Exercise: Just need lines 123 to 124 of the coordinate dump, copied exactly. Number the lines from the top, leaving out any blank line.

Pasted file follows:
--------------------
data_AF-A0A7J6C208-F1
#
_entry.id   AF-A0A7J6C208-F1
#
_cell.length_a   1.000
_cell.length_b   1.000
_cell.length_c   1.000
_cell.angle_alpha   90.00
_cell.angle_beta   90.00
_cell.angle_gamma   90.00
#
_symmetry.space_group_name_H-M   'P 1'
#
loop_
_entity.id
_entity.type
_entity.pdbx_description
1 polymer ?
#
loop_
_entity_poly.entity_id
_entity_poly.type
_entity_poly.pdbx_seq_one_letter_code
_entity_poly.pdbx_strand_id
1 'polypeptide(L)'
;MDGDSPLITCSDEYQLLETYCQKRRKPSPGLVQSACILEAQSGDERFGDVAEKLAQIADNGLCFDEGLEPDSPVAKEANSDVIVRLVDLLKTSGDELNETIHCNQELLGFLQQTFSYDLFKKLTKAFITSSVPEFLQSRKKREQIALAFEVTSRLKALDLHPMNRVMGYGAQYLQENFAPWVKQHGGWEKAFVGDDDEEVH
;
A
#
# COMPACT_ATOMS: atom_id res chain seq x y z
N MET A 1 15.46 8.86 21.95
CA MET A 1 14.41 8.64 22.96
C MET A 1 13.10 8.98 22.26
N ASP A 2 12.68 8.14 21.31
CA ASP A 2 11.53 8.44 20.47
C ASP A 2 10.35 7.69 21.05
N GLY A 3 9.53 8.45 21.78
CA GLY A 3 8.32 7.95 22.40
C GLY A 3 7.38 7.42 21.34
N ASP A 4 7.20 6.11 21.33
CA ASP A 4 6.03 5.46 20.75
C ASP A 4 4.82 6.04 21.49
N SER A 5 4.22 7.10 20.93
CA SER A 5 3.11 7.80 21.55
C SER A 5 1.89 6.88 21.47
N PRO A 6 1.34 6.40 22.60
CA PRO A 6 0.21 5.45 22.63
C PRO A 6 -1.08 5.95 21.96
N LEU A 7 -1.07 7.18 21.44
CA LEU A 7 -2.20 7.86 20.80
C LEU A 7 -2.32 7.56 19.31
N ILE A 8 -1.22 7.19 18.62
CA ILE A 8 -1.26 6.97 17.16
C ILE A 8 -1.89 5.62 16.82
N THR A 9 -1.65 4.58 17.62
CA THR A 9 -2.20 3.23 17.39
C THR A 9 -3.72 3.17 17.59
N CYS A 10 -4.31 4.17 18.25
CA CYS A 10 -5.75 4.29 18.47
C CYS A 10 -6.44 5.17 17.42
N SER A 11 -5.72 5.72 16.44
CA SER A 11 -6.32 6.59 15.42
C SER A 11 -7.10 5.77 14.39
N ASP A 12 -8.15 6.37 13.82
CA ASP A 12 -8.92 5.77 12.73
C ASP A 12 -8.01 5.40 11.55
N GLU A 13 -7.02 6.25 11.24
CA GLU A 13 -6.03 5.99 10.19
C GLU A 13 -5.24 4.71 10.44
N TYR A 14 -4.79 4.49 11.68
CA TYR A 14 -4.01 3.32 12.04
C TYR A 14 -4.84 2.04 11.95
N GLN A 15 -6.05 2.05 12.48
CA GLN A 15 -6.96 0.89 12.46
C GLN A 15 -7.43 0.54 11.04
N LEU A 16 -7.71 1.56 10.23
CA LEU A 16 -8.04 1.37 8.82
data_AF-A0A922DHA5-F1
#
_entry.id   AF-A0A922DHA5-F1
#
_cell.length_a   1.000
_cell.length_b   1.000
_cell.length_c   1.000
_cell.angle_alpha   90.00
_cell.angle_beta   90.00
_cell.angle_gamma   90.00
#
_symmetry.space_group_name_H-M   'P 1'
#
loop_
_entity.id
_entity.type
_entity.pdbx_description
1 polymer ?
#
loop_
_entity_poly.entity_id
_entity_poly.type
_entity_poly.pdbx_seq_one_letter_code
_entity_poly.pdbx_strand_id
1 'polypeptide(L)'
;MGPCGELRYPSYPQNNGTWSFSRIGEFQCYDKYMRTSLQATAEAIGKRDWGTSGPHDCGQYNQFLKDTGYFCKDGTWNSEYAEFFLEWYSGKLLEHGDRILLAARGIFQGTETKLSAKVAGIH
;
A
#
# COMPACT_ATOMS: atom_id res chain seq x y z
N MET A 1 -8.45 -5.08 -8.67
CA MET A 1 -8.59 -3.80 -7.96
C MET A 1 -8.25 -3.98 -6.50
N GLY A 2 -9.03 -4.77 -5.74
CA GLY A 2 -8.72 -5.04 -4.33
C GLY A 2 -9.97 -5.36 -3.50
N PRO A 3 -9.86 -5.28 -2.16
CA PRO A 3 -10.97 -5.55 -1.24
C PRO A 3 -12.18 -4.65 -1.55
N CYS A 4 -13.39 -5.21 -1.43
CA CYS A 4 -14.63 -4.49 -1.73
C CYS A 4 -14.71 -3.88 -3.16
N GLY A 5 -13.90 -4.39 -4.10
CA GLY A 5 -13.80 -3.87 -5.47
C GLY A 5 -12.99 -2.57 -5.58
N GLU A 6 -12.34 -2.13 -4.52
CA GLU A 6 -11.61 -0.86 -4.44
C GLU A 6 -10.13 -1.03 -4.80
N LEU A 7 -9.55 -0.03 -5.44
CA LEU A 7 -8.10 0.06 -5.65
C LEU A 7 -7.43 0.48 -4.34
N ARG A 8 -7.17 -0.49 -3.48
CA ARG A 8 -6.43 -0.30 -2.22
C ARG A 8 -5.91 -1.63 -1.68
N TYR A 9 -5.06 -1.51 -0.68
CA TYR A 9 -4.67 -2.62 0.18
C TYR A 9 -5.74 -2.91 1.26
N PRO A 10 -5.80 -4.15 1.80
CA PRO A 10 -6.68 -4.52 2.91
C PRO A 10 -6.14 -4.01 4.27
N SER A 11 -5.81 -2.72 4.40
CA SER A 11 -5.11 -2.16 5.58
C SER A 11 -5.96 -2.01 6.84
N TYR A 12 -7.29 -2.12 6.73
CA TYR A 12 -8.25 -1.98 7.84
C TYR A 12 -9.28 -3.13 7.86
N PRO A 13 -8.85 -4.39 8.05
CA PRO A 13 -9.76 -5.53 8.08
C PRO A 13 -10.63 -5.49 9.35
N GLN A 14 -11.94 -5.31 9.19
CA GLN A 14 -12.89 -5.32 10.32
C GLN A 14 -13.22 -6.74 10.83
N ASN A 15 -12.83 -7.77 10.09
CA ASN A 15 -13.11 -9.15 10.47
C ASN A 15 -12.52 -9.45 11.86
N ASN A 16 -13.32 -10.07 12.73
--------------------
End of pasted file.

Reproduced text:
N GLU A 6 -12.34 -2.13 -4.52
CA GLU A 6 -11.61 -0.86 -4.44